Gab: Truth be told, I used this phone for 80 percent gaming, 5 percent social media, 5 percent Netflix, and 5 percent YouTube, 5 percent waiting for Wendy’s solo stuff to drop (hehe). On the times I wasn’t gaming, it handled all of those quite well and I made sure to use a different gaming profile in Armoury Crate to maximize battery life. I did this mostly because if you plan on using this as a more all-around device, treat it like a gaming laptop: only go full throttle when you’re playing. You don’t need to go full throttle on tasks like browsing social media or watching YouTube or Netflix, so you’re better off preserving your battery life.

Leez: The phone managed well with everyday use. But to be fair, everyday phone use for me is mostly playing games, watching Netflix, and keeping up with friends and family. Gaming aside, the ROG Phone 5 is a great phone to watch Netflix on and have podcasts on speaker. It delivers on stunning graphics and speaker quality, giving you the best immersive experience in-game and out.

Otherwise, there’s just really no point in overclocking the phone when you’re doing little to nothing that requires the phone’s full potential.

Cameras were largely unchanged, but do you think they’re good enough for quick snaps and daily use? 

Gab: The cameras were pretty great in terms of producing high image quality without sacrificing details too much. Although, I don’t recommend this for macro images because for some reason, the images ended up completely grainy. But, for quick selfies or just images of your set ups, rooms, pets, or even the abundance of nature in the garden, it’s great!

Leez: The triple rear camera set-up and 24MP selfie camera deliver on quality photos. It’s good to note that you will struggle to capture stunning shots if you don’t have consistent and quality lighting. But, that should go without saying for most mobile phone photography.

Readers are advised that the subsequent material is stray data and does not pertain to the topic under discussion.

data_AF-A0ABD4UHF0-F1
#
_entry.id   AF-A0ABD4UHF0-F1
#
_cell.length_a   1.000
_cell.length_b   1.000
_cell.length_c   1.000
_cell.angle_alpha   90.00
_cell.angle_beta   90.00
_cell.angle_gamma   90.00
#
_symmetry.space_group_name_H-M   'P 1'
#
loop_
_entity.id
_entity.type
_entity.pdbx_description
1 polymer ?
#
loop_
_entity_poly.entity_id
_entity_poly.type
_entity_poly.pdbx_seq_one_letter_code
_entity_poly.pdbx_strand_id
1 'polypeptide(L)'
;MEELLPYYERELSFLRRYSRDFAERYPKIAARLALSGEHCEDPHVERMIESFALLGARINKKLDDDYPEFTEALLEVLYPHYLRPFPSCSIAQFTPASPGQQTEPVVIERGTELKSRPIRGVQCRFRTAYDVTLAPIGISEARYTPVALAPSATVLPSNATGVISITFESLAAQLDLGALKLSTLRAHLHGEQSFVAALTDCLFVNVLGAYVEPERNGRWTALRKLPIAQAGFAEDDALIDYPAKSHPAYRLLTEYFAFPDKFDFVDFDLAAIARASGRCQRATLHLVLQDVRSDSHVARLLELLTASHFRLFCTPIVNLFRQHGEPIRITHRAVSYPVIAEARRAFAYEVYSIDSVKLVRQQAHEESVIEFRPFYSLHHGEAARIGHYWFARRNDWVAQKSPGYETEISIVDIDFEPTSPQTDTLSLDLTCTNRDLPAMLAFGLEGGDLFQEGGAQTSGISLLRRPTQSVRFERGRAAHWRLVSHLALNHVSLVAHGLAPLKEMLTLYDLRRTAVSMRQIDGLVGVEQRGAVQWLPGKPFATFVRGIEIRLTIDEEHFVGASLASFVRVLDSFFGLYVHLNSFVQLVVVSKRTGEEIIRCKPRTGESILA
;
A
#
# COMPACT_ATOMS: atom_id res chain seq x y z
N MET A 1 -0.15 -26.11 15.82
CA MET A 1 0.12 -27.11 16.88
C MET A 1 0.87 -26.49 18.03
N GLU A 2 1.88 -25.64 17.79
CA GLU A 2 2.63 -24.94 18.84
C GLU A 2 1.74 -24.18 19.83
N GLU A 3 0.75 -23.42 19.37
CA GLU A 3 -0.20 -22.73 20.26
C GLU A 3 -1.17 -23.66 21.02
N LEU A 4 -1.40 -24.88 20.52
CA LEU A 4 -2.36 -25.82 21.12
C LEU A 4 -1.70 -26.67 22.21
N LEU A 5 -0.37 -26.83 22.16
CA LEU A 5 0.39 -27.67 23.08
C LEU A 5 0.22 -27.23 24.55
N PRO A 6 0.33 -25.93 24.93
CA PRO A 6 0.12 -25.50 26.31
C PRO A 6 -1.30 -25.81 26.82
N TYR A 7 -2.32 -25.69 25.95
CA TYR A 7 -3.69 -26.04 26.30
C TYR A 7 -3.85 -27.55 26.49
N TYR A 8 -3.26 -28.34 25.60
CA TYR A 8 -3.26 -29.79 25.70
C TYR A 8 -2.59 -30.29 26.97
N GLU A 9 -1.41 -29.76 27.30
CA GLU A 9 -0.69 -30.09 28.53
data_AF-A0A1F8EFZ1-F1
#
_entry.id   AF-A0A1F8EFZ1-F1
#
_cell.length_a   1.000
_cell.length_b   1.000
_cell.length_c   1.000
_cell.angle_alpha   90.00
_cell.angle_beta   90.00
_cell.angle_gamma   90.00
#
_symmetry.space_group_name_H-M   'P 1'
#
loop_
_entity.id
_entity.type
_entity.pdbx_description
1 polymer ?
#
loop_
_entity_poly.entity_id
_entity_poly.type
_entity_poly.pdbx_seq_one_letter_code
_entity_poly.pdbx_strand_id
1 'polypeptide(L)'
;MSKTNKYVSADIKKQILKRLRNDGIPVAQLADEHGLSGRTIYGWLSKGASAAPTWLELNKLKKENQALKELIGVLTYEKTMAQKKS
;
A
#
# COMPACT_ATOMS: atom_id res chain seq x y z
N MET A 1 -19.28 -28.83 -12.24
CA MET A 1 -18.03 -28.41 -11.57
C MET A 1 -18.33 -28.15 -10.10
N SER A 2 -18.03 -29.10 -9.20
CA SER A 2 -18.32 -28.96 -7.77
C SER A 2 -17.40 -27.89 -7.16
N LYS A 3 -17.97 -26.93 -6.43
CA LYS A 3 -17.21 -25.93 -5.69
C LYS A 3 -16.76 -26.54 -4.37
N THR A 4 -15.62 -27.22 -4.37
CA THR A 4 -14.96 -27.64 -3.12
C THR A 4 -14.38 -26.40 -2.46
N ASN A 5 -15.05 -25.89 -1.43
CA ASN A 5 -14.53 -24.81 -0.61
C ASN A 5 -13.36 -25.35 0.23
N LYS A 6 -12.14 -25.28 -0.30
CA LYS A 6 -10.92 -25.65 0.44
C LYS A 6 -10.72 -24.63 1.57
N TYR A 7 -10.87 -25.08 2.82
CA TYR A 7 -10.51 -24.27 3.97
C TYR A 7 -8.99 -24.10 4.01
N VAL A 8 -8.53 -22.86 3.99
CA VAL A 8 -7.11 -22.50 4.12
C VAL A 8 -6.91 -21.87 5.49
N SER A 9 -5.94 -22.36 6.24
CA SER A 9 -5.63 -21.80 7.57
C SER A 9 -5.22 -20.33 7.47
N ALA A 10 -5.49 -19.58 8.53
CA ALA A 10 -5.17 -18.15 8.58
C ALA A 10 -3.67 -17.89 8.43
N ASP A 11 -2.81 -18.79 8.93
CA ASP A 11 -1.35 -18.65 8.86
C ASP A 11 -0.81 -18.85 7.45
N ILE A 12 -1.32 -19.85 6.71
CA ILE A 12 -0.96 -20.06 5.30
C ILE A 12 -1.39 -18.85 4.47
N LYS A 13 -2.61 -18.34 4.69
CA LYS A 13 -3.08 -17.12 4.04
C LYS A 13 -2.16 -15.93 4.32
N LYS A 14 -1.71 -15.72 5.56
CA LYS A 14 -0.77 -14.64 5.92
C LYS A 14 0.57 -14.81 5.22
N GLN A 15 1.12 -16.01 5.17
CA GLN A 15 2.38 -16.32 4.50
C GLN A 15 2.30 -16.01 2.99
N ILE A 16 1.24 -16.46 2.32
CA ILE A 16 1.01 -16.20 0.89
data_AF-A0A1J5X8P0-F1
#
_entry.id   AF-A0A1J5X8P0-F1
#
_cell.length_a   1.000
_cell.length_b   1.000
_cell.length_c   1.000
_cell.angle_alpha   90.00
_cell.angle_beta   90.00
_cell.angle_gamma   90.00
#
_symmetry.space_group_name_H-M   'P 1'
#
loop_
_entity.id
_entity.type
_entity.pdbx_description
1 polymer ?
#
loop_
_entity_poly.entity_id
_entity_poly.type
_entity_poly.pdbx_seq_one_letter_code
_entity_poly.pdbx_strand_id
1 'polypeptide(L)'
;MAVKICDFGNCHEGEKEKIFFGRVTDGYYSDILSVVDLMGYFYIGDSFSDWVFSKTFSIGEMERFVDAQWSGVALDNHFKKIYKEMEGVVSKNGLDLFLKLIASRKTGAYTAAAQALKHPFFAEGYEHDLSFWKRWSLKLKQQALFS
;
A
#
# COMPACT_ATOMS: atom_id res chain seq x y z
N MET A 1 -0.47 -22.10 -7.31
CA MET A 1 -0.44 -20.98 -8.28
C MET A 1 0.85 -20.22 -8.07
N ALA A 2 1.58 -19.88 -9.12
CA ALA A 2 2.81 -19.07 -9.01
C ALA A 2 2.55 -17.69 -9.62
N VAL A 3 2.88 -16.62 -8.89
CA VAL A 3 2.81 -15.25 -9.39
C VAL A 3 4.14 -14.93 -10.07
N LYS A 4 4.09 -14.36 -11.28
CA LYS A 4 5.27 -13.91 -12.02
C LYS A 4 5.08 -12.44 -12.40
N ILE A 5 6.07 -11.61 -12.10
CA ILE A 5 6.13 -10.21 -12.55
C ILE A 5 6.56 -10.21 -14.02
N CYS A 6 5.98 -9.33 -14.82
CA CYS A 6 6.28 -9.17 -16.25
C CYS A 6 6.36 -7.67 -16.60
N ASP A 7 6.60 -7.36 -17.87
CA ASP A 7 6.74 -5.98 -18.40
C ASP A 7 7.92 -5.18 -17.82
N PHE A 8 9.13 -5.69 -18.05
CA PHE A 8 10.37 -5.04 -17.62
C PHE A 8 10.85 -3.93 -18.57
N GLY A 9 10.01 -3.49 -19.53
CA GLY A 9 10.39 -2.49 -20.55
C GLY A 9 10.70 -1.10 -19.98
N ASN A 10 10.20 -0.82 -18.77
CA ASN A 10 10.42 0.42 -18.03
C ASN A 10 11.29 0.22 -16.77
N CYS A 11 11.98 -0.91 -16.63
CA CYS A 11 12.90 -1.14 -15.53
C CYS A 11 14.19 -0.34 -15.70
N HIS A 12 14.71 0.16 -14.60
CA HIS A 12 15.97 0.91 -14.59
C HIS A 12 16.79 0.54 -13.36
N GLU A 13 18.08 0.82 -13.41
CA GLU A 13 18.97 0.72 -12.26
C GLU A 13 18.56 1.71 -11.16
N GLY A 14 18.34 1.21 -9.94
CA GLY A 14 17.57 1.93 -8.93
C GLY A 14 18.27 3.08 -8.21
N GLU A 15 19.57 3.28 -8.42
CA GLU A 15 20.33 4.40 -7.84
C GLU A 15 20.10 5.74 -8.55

Seeing as camera quality isn’t one of the main features mobile gamers necessarily gravitate towards, this is a decent set of lenses.

Any other thoughts on the ROG Phone 5 you’d like to share?

Gab: Honestly, if you want to have this much gaming power for you to be at your very best in mobile games, this phone suits you. As a semi-casual player, I often asked myself “Why would I need this much power if I’m not going to try and compete in the games I want to play?” I feel like this is what the ROG Phone 5 is all about: giving you the kind of gaming power to compete at such a high level. You can game on any smartphone out there, even the one you currently own; but if you want the full competitive experience and power, this phone changes the way you play, for real.

Plus, it is a gaming phone so don’t expect it to have long-lasting battery power when you’re in full-gamer mode. But, whenever you charge it for 30 minutes from 0 percent, it does give you about 45-48 percent back. It isn’t much when you have the device on X/X+ Mode when you use it, but it is enough to keep you playing for just a little longer.

Also, quick side note: if you have any ROG peripherals (headsets mostly) that connect via USB-C and are Aura Sync compatible, you can pretty much sync the lighting on X/X+ Mode. It’s a neat aesthetic that they brought in from their gaming PCs and laptops that some of you will enjoy — especially the RGB enthusiasts hehe

Leez: The ROG Phone 5 won’t save you from feeding or being bad at a game. It’ll help you get better at games but, it can only optimize the game for you. You still need to put in the work for it. So if you’re a competitive gamer or one who’s pursuing taking on mobile esports, this is a must-buy for you. If you’re a casual gamer who dabbles into try-hard plays now and again or just has expendable cash for a gaming phone, this is definitely something to mull over buying.

The phone delivers on all fronts and is the best buddy to help you get good. But, if you want a phone that captures stunning photos in low-lighting on top of everything else the ROG Phone 5 hits the nail on, you’ll be looking elsewhere.